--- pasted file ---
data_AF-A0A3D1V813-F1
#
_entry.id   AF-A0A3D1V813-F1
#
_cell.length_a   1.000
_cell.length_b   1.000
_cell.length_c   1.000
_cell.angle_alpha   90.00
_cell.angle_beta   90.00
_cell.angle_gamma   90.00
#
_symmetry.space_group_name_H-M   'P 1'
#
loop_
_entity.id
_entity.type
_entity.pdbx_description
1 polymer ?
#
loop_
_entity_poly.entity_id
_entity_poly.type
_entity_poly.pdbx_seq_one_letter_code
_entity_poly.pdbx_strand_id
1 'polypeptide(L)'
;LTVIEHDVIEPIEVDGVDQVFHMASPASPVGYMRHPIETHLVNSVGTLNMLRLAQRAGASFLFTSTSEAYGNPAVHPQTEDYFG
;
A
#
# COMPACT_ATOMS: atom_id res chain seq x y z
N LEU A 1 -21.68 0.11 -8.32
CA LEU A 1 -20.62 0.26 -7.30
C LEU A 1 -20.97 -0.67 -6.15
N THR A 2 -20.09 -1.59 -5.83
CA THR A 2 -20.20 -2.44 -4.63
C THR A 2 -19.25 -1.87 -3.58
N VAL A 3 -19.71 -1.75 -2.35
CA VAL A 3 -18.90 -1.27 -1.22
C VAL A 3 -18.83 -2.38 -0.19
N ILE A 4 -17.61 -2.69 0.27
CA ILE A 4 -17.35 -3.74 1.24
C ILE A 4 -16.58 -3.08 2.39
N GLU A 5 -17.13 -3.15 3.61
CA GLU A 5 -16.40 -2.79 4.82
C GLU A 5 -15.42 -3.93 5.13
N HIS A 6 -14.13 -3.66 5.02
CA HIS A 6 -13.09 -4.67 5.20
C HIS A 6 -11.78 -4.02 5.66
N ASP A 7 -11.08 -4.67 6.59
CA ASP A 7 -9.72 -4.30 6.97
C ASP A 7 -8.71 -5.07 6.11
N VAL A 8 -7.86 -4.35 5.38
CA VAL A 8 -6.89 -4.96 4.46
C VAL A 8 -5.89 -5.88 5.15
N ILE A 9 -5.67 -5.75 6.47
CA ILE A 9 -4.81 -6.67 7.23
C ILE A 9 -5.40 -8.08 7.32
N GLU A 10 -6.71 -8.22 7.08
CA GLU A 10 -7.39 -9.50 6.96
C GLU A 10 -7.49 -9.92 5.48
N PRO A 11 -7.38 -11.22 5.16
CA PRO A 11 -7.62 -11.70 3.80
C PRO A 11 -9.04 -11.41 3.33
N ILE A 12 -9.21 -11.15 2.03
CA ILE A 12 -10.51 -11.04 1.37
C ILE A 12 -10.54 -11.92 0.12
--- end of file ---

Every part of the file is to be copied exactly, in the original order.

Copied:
data_AF-A0A3D1V813-F1
#
_entry.id   AF-A0A3D1V813-F1
#
_cell.length_a   1.000
_cell.length_b   1.000
_cell.length_c   1.000
_cell.angle_alpha   90.00
_cell.angle_beta   90.00
_cell.angle_gamma   90.00
#
_symmetry.space_group_name_H-M   'P 1'
#
loop_
_entity.id
_entity.type
_entity.pdbx_description
1 polymer ?
#
loop_
_entity_poly.entity_id
_entity_poly.type
_entity_poly.pdbx_seq_one_letter_code
_entity_poly.pdbx_strand_id
1 'polypeptide(L)'
;LTVIEHDVIEPIEVDGVDQVFHMASPASPVGYMRHPIETHLVNSVGTLNMLRLAQRAGASFLFTSTSEAYGNPAVHPQTEDYFG
;
A
#
# COMPACT_ATOMS: atom_id res chain seq x y z
N LEU A 1 -21.68 0.11 -8.32
CA LEU A 1 -20.62 0.26 -7.30
C LEU A 1 -20.97 -0.67 -6.15
N THR A 2 -20.09 -1.59 -5.83
CA THR A 2 -20.20 -2.44 -4.63
C THR A 2 -19.25 -1.87 -3.58
N VAL A 3 -19.71 -1.75 -2.35
CA VAL A 3 -18.90 -1.27 -1.22
C VAL A 3 -18.83 -2.38 -0.19
N ILE A 4 -17.61 -2.69 0.27
CA ILE A 4 -17.35 -3.74 1.24
C ILE A 4 -16.58 -3.08 2.39
N GLU A 5 -17.13 -3.15 3.61
CA GLU A 5 -16.40 -2.79 4.82
C GLU A 5 -15.42 -3.93 5.13
N HIS A 6 -14.13 -3.66 5.02
CA HIS A 6 -13.09 -4.67 5.20
C HIS A 6 -11.78 -4.02 5.66
N ASP A 7 -11.08 -4.67 6.59
CA ASP A 7 -9.72 -4.30 6.97
C ASP A 7 -8.71 -5.07 6.11
N VAL A 8 -7.86 -4.35 5.38
CA VAL A 8 -6.89 -4.96 4.46
C VAL A 8 -5.89 -5.88 5.15
N ILE A 9 -5.67 -5.75 6.47
CA ILE A 9 -4.81 -6.67 7.23
C ILE A 9 -5.40 -8.08 7.32
N GLU A 10 -6.71 -8.22 7.08
CA GLU A 10 -7.39 -9.50 6.96
C GLU A 10 -7.49 -9.92 5.48
N PRO A 11 -7.38 -11.22 5.16
CA PRO A 11 -7.62 -11.70 3.80
C PRO A 11 -9.04 -11.41 3.33
N ILE A 12 -9.21 -11.15 2.03
CA ILE A 12 -10.51 -11.04 1.37
C ILE A 12 -10.54 -11.92 0.12